Felicity Huffman pleaded guilty to a felony almost exactly a month after Lori Loughlin pled not guilty for her alleged involvement in the same scandal: Operation Varsity Blues, which has been dominating the news for months. (A quick recap, just in case: Since news of the college admissions scam broke in March, dozens have been accused of orchestrating bribes of up to $6 million to ensure their children's entrance into universities such as Yale and Stanford.)
Huffman and Loughlin are far from the only ones who've suddenly found themselves in hot water, but, thanks to their careers—and, in Loughlin's case, the Internet's fascination with her daughter Olivia Jade—they've certainly been causing the biggest stir. Whereas the identity of the family that paid $1.2 million was only recently learned, Huffman, who paid the comparatively teeny fee of $15,000 to boost her daughter's SAT scores, has been making headlines for weeks—particularly after seven FBI agents took her into custody in mid-March, prompting her to pay a $250,000 bail.
In the weeks that followed, Huffman announced her intentions to plead guilty, and released a statement offering her apology: "I am in full acceptance of my guilt, and with deep regret and shame over what I have done, I accept full responsibility for my actions and will accept the consequences that stem from those actions," she wrote, adding that her daughter was unaware that Huffman had paid to alter her SAT scores. (According to the New York Times, they were corrected by a proctor after she finished up the test and left.)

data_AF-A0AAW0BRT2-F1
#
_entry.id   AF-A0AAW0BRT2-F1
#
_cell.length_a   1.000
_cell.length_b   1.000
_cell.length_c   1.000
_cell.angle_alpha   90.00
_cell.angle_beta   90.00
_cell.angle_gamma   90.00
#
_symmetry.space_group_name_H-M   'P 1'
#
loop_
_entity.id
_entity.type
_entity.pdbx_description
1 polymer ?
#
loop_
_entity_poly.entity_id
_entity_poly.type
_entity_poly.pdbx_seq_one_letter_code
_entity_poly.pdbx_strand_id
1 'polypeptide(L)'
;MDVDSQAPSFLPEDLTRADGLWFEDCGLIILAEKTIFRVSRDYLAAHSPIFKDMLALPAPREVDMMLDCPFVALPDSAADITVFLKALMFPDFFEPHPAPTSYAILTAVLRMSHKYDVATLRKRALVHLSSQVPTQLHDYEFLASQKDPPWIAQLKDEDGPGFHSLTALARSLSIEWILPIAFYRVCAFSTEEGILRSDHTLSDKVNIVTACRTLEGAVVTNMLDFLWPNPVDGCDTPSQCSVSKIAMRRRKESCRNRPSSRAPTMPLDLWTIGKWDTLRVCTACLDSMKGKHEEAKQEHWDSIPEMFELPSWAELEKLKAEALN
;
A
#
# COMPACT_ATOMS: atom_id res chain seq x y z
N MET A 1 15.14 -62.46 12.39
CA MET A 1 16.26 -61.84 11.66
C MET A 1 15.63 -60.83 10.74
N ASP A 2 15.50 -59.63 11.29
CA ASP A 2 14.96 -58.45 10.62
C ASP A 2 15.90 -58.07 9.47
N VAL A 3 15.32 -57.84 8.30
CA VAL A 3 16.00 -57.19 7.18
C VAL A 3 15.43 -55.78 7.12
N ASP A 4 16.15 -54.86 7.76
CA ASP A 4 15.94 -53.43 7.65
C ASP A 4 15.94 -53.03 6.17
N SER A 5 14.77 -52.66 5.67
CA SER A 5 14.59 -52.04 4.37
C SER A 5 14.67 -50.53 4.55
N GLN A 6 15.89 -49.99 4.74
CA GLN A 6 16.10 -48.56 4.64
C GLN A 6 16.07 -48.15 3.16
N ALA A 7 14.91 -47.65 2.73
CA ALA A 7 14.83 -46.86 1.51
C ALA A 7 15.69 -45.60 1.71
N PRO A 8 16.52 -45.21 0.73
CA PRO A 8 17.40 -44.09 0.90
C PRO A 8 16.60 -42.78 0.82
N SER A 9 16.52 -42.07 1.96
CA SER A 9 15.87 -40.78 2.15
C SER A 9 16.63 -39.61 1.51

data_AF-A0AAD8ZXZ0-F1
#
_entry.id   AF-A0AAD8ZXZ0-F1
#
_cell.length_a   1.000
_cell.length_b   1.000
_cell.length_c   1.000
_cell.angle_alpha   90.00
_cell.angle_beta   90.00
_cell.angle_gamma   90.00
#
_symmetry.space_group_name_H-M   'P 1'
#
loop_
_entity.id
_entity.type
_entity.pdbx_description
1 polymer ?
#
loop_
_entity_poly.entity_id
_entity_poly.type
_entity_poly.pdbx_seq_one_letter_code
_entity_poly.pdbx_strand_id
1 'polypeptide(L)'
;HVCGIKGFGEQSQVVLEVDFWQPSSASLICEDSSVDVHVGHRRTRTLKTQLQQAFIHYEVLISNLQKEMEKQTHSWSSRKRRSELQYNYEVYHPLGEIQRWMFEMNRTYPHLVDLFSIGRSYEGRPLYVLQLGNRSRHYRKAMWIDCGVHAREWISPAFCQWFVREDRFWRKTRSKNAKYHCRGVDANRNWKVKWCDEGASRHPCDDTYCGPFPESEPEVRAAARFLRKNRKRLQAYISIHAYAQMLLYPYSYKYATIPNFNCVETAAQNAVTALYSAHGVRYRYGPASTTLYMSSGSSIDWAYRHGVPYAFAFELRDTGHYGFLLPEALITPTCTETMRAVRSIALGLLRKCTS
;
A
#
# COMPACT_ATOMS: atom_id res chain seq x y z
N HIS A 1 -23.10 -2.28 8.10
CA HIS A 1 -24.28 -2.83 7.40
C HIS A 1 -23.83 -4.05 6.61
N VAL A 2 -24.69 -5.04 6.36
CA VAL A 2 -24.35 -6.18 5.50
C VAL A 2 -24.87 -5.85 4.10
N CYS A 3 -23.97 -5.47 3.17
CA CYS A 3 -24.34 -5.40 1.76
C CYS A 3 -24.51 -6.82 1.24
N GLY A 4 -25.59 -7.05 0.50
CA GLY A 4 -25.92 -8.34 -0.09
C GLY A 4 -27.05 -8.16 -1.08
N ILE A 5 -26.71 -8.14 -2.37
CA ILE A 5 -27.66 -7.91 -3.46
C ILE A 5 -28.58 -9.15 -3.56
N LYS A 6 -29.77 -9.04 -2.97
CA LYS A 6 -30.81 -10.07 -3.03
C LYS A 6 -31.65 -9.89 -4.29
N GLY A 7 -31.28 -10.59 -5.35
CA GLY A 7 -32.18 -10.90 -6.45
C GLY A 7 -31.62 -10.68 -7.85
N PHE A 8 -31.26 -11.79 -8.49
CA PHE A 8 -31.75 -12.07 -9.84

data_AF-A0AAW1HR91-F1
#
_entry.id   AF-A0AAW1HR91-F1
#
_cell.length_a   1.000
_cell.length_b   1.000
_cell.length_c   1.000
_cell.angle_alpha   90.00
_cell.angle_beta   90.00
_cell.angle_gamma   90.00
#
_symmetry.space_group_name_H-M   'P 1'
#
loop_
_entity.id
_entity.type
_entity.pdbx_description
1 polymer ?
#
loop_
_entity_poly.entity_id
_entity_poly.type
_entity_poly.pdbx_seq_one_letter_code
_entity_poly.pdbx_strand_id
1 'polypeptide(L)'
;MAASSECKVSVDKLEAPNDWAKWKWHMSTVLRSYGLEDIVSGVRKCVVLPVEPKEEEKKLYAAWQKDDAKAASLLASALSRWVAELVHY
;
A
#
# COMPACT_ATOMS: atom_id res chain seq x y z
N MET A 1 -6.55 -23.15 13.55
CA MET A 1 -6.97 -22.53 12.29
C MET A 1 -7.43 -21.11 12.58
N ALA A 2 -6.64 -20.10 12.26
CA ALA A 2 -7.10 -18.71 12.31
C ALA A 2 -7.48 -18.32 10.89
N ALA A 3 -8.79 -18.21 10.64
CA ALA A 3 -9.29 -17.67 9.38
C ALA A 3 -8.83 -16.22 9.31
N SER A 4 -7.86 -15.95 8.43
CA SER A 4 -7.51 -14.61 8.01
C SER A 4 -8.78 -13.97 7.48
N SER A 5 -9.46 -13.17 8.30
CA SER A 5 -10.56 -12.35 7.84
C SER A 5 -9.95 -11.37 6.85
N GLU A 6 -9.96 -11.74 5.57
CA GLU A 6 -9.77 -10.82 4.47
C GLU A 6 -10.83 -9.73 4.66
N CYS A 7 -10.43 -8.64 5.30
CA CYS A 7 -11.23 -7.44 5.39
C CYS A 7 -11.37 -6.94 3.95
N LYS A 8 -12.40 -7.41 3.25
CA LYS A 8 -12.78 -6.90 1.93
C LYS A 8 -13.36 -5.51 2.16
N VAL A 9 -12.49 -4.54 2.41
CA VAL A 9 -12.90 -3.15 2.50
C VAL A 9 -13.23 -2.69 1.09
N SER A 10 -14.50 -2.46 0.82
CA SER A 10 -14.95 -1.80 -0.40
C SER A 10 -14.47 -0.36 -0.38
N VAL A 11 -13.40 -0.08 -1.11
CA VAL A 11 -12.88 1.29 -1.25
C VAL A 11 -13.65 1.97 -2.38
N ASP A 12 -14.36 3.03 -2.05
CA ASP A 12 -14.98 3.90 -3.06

Huffman officially pled guilty on Monday, but she's been careful to take ownership of her blame and cooperate from the start. (Loughlin has essentially acted as her foil; she could be found signing autographs ahead of her court date, whereas Huffman arrived three hours early to hers.)
Still, as of her most recent appearance in court, Huffman's fate remains unknown, though it's possible she could be sentenced to a maximum of 20 years in prison for the conspiracy charge. On the opposite end of the spectrum, the Times notes, prosecutors have said they would recommend capping her sentence at just four months. (Along with a $20,000 fine and 12 years' worth of supervision upon her release.) It's also possible that Huffman could end up getting no time at all; if she successfully argues that her crime accords with a lower guideline, she would only be sentenced to zero to six months behind bars.
All that is far from ideal, but things could be a lot worse for Huffman; her daughter has yet to get embroiled in any yacht- or influencer-related drama, and her husband, the actor William H. Macy, has yet to face any charges. (Even though he appears to have been aware of and perhaps even a part of the bribery, according to a criminal complaint.)